In 1999 she joined the European Astronaut Corps of the European Space Agency. She has taken part in two space missions with the Russians, ‘Cassiop?e’ in August 1996 and ‘Androm?de’ in October 2001. She was the first woman to qualify as a Soyuz Return Commander (July 1999), responsible for the three-person Soyuz capsule during a re-entry from space, and was the first European woman to visit the International Space Station (October 2001).
ESA’s Director General, Antonio Rodot?, expressed delight at this appointment, “In our ‘space world’ Claudie Haigner? has demonstrated really outstanding capabilities as a scientist as well as an astronaut during her time with us. This appointment honours the European Space Agency and puts Mrs Haigner? in a key position to shape the future of Europe’s science and technology. I wish her all the best in her new responsibilities.”
Original Source: ESA News Release
Image credit: NASA
A new photo released from NASA’s Terra spacecraft shows the huge swath of destruction caused by the enormous fire in Colorado. The fire started on June 8, and has gone on to destroy more than 40,000 hectares. The image was acquired using Terra’s Advanced Spaceborne Thermal Emission and Reflection Radiometer (Aster), one of five Earth imaging instruments on board the spacecraft. This photo was taken on morning of Sunday, June 16.
Thousands of acres of burned vegetation, along with recent hotspots, are visible in a new image of Colorado’s worst forest fire taken by NASA’s Advanced Spaceborne Thermal Emission and Reflection Radiometer (Aster).
Started on June 8, the Hayman forest fire continues to burn in the Pike National Forest, 57 kilometers (35 miles) south-southwest of Denver, Colo. According to the U.S. Forest Service, the fire has consumed more than 100,000 acres.
The image is available at:
Acquired Sunday morning, June 16, 2002, the Aster image shows active fires in red. The dark blue area is burned vegetation, and the green areas are healthy vegetation. Clouds are white. The blue cloud at the top center is smoke. The image covers an area of 32.2 by 35.2 kilometers (20 by 21.8 miles).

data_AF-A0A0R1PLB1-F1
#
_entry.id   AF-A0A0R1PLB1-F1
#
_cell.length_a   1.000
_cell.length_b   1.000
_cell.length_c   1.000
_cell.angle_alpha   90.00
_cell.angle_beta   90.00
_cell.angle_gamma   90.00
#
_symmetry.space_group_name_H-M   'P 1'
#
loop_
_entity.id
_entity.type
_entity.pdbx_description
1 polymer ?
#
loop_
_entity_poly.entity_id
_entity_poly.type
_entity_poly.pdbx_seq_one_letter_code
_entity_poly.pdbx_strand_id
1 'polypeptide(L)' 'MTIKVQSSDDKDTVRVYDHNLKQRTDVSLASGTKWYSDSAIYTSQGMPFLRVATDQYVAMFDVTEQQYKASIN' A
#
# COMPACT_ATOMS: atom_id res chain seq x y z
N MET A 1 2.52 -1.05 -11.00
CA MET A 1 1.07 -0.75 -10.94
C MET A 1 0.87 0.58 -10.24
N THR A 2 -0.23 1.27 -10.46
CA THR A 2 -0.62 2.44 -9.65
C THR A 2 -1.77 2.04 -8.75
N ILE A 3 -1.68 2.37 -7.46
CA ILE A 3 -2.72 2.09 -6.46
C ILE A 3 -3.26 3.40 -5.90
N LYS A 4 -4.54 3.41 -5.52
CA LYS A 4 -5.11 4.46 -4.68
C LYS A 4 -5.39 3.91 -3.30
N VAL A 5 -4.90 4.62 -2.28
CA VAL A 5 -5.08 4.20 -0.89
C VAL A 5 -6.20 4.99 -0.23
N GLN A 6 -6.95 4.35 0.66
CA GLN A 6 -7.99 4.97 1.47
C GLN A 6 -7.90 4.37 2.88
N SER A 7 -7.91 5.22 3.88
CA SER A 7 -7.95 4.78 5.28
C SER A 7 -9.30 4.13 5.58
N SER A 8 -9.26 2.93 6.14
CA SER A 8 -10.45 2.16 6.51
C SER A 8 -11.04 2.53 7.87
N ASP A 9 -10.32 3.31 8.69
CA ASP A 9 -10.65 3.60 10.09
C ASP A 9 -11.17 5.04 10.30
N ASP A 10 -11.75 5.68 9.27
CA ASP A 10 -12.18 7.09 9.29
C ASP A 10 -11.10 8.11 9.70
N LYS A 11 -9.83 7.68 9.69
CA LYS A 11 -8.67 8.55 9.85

Aster is one of five Earth-observing instruments launched in December 1999 on NASA’s Terra satellite. With its 14 spectral bands from the visible to the thermal infrared wavelength region and its high spatial resolution of 15 to 90 meters (about 50 to 300 feet), Aster will image Earth for the next six years to map and monitor the planet’s changing surface. Japan’s Ministry of Economy, Trade and Industry built the instrument. NASA’s Jet Propulsion Laboratory, Pasadena, Calif., is responsible for the American portion of the joint U.S./Japan science team that validates and calibrates the instrument and the data products.
Original Source: NASA/JPL News Release
A Japanese spacecraft will give people an opportunity to land their name on an asteroid. Due for launch near the end of this year, the MUSES-C spacecraft will meet up with asteroid 1998 SF36 when it crosses the Earth’s orbit in 2005. It will land on the asteroid, collect samples which it will later return to Earth. As part of its mission, the spacecraft will deposit an aluminium foil sheet containing the names of hundreds of thousands of space enthusiasts. If you want to get your name on board, you have until July 5th.
Flight controllers decided to wave two landing attempts of the space shuttle Endeavour on Monday because of thunderstorms threatening the Cape Canaveral landing area. The shuttle will try again on Tuesday, but forecasters are predicting poor weather then too. Alternatively, the shuttle can land at Edward’s Air Force Base in California; however, it’s a more expensive option as Endeavour will need to be returned to Florida. The first landing attempt on Tuesday is scheduled for 1555 GMT (11:55am EDT).
Image credit: NASA
Planet hunters have discovered a new extrasolar system that looks remarkable like our own Solar System. Until now, planets orbiting around other stars have had elongated and eccentric orbits, but a planet orbiting around 55 Cancri has almost the same distance as our own Jupiter (although, it does have 3.5-5 times the mass). The team of astronomers also announced an additional 13 new planets on the same day, bringing the total number of known planets outside our Solar System to over 90.